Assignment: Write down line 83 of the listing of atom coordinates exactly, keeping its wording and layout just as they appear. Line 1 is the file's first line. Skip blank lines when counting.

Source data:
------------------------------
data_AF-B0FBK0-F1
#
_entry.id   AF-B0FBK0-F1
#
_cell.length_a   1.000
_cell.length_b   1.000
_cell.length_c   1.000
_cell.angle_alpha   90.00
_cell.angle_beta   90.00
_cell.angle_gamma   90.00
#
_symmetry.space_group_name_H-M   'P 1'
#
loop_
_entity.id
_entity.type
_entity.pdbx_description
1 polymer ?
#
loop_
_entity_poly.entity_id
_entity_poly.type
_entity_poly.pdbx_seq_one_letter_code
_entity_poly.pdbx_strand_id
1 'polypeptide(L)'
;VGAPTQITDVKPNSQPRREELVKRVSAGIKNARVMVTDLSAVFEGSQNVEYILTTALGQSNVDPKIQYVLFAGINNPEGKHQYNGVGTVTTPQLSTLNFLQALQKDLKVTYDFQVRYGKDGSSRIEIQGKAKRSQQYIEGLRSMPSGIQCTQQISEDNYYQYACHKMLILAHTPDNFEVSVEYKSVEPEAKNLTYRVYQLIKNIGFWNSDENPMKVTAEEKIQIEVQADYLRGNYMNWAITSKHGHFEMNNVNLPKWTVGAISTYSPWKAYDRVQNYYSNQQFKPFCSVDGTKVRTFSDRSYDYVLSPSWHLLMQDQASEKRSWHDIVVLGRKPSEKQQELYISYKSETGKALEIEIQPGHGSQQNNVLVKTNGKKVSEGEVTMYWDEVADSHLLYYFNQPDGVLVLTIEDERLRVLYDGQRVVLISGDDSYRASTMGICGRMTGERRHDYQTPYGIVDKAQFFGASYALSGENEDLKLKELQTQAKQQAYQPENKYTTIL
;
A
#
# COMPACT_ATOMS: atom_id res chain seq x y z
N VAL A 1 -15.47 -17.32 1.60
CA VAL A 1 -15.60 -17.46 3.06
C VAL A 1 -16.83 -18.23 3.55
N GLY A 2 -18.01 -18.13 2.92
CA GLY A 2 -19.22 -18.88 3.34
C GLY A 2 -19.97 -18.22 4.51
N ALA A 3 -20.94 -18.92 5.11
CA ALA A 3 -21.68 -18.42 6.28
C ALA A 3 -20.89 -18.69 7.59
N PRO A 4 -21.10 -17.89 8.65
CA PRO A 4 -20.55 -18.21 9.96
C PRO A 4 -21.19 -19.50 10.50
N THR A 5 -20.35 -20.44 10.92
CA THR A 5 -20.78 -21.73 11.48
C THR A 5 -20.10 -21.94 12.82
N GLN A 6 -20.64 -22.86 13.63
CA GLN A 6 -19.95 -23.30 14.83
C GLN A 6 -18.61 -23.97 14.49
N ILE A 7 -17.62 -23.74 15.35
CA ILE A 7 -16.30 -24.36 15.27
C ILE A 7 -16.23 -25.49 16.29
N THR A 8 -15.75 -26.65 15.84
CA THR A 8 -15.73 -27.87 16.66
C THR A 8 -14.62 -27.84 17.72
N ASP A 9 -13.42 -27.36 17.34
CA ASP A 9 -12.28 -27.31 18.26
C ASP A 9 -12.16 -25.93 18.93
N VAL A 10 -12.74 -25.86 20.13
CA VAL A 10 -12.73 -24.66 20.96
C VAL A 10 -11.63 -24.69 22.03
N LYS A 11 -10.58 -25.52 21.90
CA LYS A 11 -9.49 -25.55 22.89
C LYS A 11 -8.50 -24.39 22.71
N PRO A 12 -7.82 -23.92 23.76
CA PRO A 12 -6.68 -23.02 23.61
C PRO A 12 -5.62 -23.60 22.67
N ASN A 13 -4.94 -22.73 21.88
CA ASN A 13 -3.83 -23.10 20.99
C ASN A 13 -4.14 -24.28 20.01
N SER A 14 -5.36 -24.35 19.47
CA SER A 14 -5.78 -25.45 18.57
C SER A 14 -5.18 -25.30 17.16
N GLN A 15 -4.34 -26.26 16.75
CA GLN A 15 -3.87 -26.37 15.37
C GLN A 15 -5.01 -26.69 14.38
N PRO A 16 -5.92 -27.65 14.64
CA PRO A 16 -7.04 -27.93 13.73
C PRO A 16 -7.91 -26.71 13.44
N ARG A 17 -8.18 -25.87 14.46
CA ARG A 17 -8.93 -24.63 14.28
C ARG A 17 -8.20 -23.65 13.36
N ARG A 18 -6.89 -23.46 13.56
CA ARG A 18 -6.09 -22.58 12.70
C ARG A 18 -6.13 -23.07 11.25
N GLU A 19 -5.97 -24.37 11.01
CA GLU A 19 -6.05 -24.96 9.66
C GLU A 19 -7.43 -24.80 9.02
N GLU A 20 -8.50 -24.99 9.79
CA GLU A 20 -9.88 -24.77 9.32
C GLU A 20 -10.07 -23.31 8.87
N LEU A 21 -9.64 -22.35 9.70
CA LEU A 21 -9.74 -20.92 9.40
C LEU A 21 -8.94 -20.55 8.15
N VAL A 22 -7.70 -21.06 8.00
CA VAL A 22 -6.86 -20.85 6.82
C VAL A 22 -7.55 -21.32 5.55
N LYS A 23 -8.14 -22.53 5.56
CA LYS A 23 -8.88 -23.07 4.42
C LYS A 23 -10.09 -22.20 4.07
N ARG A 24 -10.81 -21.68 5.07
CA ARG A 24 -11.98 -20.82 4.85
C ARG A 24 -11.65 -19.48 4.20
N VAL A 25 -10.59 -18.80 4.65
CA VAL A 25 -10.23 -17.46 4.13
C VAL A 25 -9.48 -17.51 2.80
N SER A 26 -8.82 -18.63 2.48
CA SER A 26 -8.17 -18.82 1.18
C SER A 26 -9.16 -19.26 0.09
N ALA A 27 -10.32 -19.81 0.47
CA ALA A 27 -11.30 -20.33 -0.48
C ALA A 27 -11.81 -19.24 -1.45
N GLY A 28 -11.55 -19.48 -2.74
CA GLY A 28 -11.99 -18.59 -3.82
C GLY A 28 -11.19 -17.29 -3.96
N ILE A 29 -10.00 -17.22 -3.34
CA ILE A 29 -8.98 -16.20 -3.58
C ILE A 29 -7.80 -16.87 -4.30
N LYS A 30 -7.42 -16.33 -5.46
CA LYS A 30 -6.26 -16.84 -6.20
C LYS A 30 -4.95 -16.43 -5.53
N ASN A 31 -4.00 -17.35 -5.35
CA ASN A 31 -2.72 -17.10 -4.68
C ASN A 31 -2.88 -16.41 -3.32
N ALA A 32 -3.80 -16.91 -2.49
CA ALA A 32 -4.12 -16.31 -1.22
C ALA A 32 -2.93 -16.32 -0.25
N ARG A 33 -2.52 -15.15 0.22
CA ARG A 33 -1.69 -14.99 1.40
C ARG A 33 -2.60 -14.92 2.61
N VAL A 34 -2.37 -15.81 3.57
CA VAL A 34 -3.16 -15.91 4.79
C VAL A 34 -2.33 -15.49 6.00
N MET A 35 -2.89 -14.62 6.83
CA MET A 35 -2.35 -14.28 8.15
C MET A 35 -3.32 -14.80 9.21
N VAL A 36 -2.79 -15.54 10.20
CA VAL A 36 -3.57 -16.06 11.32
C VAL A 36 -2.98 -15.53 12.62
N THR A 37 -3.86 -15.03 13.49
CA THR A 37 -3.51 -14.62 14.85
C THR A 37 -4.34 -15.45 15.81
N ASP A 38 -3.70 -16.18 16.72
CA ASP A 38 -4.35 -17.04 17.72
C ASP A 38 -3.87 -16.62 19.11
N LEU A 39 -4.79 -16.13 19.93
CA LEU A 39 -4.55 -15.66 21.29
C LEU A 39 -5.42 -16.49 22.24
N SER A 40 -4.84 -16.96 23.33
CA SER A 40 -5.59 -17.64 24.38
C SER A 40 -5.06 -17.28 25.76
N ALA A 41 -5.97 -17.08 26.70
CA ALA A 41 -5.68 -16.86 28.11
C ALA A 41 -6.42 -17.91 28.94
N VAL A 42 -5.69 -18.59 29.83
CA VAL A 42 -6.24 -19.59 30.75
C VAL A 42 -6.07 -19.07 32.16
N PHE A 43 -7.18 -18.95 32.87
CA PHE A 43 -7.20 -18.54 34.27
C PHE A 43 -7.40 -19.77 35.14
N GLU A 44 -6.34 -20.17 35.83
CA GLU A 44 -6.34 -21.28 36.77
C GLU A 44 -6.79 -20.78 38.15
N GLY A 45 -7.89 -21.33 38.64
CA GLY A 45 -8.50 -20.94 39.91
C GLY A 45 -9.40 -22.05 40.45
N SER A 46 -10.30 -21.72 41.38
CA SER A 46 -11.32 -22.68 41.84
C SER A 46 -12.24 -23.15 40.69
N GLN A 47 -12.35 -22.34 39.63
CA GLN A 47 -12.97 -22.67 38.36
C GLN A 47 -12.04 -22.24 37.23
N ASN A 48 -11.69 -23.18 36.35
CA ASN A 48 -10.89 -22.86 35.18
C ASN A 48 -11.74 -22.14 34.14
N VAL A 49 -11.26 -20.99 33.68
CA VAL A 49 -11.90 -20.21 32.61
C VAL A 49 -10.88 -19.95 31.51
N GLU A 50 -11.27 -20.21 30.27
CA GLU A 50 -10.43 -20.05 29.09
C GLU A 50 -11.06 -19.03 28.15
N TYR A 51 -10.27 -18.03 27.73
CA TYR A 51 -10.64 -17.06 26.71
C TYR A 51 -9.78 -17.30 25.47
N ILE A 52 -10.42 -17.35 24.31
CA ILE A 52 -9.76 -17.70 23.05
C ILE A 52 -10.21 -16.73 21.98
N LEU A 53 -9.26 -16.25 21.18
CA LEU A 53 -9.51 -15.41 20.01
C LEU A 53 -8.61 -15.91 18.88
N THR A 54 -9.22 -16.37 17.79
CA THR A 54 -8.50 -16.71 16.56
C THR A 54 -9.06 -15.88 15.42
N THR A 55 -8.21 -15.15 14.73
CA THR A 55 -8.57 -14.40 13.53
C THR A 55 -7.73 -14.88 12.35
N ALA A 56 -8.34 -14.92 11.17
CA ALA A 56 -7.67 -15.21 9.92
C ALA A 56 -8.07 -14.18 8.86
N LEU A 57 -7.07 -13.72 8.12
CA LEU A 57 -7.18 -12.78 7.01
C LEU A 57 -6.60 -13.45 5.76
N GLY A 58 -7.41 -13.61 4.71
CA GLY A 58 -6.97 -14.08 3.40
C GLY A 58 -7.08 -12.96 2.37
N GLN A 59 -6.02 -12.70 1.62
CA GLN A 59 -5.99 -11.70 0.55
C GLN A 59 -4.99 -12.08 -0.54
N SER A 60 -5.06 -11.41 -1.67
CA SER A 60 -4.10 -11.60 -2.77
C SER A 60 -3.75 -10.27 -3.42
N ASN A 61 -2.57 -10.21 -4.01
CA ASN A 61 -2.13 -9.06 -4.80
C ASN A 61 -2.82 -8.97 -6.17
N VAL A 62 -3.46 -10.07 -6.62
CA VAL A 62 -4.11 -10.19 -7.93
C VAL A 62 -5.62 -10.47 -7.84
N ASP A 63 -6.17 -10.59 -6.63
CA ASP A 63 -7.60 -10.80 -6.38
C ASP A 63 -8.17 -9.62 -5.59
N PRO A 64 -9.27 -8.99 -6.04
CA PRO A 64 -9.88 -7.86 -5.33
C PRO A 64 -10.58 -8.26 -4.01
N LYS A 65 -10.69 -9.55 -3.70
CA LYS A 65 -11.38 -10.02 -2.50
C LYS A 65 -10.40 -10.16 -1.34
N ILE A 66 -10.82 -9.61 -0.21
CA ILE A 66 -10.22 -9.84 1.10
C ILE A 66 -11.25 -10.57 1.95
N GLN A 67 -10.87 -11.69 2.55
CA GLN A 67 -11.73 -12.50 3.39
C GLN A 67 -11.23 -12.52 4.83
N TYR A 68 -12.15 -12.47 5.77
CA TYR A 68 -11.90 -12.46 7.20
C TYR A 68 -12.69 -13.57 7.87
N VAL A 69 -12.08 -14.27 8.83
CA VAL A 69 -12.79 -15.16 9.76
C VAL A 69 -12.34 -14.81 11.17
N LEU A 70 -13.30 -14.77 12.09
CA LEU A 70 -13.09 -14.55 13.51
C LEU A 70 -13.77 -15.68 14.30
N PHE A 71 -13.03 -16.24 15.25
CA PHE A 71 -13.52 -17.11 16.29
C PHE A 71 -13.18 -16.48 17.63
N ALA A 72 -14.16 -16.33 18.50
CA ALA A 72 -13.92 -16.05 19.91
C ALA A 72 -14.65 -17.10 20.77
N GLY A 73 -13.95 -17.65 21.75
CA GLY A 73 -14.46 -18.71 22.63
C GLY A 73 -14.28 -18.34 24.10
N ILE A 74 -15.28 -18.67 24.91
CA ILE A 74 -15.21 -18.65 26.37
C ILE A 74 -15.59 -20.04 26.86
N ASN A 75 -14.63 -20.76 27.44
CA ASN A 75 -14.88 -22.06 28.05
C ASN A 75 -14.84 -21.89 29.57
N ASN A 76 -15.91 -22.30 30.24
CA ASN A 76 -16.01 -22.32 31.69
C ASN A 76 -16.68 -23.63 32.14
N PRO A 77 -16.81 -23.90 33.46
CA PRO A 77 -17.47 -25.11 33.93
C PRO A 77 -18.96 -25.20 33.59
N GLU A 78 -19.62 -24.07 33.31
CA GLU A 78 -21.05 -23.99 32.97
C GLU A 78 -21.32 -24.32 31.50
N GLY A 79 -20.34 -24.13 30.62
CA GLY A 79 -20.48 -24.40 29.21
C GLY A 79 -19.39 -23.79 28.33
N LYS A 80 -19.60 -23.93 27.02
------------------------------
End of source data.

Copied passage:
CA ARG A 18 -6.09 -22.58 12.70